The London Festival of Education: 50 Shades of Grey Matter

The thing that became increasingly obvious during this year’s London Festival of Education last Saturday is that the ‘traditionalists’ still don’t get it. After all that’s been said and done about the developmental and learning needs of children and young people in the 21st Century, they simply don’t get it. Do these people have learning difficulties, or home circumstances that prevent them concentrating properly on the matters in hand? No – they have particular ideological, professional and/or personal reasons for holding to particular ‘traditional’ points of view – and so they have no intention of shifting from their mindsets and their existing educational paradigms. It’s literally a waste of time talking to these people, let alone debating with them.

According to the traditionalist outlook, the young people who succeed best in our system are those who are capable of going to the ‘best’ universities (it’s all about hierarchies and competition) and capable of not only appearing on University Challenge (a well-known institution in the UK) but also capable of wowing the nation with the size of their retentive memories and with their ability to instantly and accurately recall a mass of obscure ‘facts’. Through doing so they also win the admiration and the approval of the likes of Jeremy Paxman (another well-known institution and barometer of excellence in the UK).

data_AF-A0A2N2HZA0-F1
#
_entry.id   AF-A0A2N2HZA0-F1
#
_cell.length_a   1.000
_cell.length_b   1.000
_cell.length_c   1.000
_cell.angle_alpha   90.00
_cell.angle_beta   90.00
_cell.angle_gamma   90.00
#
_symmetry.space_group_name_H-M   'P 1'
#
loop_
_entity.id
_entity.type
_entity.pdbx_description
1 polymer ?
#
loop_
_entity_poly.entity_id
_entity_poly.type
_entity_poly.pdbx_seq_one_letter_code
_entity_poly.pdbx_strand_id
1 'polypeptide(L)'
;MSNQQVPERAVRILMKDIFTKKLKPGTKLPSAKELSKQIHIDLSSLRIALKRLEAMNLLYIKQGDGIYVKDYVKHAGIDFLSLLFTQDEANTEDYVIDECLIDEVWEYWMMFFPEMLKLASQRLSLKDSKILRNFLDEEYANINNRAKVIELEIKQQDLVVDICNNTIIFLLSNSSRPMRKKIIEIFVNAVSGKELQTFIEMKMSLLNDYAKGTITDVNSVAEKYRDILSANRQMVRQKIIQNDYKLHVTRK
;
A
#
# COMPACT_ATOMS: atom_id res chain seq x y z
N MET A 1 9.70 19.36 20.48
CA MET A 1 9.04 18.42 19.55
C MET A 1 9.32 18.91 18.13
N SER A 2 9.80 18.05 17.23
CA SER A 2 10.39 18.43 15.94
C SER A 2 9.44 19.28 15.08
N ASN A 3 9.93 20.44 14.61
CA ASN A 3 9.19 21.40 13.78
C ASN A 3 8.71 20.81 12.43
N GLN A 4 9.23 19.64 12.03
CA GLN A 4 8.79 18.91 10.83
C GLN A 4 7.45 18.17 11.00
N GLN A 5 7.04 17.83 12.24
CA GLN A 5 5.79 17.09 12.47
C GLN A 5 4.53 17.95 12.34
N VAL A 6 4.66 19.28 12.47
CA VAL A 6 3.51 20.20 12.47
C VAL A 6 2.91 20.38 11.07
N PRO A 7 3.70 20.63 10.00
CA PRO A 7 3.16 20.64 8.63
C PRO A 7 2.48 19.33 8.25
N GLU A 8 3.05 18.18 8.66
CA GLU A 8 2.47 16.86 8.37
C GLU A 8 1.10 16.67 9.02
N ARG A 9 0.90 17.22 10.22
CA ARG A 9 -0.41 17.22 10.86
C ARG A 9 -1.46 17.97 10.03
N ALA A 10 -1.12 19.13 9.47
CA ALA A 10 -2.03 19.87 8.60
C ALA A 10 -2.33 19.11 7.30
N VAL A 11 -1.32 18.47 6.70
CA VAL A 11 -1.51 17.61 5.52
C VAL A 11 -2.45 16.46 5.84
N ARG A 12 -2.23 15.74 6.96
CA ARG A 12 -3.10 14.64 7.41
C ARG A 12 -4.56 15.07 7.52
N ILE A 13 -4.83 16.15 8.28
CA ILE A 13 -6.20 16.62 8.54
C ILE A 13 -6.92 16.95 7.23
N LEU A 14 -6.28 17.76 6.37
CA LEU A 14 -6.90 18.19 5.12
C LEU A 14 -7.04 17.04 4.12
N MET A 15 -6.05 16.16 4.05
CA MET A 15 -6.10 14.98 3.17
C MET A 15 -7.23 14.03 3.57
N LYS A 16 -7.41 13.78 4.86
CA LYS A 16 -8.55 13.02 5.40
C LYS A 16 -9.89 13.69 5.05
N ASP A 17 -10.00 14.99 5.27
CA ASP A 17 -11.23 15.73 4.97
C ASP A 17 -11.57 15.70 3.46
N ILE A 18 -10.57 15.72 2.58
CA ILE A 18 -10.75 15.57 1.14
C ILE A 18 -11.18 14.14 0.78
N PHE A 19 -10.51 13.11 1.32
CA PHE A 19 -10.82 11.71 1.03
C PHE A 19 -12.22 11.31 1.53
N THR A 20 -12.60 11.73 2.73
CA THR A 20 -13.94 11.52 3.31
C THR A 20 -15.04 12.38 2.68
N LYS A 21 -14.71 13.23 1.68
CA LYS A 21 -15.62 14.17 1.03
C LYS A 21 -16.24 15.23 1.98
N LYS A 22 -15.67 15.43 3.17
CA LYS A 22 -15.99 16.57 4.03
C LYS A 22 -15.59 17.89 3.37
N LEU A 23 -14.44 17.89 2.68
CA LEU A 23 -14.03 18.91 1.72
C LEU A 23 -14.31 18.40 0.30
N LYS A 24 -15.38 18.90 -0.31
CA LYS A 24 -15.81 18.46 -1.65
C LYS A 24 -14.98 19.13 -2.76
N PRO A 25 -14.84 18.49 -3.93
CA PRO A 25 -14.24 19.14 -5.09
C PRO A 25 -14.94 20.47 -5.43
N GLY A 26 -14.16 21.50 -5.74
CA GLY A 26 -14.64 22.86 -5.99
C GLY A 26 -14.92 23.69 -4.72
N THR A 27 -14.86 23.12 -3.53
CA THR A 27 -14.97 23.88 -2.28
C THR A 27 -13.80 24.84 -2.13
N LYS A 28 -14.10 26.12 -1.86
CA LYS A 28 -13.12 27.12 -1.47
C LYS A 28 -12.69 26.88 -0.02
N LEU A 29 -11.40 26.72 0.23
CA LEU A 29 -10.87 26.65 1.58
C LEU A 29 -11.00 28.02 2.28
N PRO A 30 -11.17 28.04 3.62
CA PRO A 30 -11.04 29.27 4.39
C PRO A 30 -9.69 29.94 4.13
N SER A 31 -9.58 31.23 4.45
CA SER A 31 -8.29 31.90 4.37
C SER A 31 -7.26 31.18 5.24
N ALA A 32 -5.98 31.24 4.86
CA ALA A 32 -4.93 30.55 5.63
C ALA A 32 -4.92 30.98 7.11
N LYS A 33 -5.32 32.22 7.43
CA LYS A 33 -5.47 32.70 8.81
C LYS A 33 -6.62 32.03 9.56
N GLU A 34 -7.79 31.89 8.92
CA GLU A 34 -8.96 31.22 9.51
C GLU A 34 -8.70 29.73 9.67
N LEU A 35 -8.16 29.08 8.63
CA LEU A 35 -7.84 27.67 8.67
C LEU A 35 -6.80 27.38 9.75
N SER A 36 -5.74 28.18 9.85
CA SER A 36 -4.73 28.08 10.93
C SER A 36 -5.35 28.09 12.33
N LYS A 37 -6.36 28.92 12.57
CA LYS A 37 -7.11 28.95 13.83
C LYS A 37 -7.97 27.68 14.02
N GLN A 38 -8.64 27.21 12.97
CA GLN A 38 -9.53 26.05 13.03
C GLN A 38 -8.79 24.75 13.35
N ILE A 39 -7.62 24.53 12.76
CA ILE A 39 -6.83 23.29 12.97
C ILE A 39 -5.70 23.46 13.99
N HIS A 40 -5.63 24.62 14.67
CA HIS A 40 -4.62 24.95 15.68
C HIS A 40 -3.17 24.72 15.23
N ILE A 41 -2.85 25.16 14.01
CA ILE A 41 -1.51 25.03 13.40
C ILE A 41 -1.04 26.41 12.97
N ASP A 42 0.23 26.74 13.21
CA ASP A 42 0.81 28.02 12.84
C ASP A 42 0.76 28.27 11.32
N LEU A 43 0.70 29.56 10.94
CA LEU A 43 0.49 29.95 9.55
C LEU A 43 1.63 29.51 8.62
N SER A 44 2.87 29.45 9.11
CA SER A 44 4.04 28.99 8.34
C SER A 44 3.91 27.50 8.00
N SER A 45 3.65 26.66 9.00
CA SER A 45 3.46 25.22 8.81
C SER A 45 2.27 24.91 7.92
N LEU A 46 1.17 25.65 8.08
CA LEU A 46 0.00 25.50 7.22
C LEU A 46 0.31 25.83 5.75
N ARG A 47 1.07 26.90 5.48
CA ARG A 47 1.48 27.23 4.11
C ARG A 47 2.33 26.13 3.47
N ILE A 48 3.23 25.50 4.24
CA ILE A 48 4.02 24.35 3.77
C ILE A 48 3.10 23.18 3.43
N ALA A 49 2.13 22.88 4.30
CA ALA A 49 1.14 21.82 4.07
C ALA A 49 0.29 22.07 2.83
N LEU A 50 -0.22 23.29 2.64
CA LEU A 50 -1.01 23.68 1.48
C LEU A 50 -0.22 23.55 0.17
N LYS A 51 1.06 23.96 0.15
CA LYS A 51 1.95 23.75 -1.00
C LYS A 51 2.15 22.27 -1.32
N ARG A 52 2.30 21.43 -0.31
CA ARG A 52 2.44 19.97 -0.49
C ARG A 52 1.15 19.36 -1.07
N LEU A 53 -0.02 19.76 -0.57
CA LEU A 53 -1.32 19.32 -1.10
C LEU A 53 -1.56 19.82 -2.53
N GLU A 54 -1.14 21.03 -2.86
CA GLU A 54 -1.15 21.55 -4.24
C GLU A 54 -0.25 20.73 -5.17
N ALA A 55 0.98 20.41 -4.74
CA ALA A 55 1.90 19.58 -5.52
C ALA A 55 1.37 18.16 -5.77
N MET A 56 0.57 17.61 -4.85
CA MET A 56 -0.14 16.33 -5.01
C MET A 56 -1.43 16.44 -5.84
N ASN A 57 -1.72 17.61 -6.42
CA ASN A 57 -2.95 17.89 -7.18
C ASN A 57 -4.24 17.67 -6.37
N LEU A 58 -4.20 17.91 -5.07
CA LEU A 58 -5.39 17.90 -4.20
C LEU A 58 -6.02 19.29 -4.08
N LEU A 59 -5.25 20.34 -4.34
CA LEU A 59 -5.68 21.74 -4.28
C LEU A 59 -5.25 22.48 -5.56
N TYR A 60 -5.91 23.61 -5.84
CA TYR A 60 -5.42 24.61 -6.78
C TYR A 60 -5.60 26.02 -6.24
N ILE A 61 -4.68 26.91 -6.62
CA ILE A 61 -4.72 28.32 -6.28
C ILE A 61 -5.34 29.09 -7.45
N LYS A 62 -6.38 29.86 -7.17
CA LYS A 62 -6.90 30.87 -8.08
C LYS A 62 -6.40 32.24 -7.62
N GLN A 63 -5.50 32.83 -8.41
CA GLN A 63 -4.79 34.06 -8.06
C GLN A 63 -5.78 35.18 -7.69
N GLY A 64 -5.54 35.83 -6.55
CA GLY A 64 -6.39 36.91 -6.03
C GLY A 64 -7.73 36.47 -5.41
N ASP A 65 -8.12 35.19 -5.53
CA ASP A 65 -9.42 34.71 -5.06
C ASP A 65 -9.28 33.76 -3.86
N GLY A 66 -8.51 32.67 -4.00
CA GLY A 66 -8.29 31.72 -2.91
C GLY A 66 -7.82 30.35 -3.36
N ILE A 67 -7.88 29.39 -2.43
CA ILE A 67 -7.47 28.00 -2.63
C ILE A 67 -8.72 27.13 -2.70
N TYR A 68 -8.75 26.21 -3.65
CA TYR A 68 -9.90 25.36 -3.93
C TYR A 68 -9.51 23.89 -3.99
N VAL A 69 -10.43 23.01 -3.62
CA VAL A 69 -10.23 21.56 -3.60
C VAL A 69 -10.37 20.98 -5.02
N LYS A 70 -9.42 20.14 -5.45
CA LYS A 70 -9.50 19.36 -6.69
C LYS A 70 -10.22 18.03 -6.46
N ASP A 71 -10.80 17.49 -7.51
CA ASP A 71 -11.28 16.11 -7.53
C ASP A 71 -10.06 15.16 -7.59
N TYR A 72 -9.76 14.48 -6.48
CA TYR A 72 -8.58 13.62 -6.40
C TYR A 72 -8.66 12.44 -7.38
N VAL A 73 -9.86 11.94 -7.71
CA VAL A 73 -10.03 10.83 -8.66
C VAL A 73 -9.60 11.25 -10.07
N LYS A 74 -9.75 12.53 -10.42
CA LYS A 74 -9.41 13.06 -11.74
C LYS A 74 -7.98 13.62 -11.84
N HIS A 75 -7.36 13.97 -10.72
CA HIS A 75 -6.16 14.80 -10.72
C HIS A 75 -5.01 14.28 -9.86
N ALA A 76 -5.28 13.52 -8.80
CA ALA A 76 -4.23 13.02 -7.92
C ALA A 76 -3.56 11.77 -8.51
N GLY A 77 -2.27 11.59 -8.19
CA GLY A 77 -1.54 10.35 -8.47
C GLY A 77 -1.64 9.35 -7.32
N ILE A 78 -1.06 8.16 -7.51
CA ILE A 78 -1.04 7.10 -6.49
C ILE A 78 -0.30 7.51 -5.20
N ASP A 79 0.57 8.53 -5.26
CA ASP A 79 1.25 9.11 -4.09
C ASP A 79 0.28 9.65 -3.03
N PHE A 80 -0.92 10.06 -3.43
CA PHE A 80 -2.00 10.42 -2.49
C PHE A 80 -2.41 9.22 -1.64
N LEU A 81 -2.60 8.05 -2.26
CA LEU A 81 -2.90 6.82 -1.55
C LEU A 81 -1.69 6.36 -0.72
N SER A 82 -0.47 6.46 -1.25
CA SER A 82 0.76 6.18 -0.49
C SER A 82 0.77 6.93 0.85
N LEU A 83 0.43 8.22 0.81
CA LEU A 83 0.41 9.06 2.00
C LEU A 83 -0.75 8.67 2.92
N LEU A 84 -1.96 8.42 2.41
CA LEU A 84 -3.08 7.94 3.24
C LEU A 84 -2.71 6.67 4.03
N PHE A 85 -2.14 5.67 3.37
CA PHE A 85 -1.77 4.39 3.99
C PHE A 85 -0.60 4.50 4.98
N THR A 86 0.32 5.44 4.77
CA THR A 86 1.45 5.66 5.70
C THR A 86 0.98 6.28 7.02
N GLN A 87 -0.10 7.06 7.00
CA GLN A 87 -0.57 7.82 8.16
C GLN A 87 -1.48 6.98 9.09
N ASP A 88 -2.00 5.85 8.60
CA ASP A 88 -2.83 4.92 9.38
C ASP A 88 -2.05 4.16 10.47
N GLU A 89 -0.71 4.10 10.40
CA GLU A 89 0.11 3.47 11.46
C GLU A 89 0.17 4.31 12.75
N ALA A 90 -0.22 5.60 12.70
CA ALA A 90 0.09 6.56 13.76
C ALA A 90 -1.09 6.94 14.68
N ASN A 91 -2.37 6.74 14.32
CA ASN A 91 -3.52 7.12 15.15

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Say what you like about the London Festival of Education (#LFE15), it offers every shade of opinion an opportunity to strut its stuff. 50 shades of grey matter are available within fourteen parallel hour-long sessions of presentation and discussion throughout a very long Saturday at London University’s Institute of Education. It’s a pity these inputs aren’t routinely recorded and posted on the Internet for the benefit of a much wider audience. There were so many we’d have liked to attend but found it impossible to be in fourteen places at the same time.

The traditionalists are very much a minority at these progressive gatherings, but they’re a very noisy one – as well they might be when they still have the ear of most politicians and most of our media. Their mantra is trite and tedious, and boils down to “passing on a body of knowledge from one generation to the next”.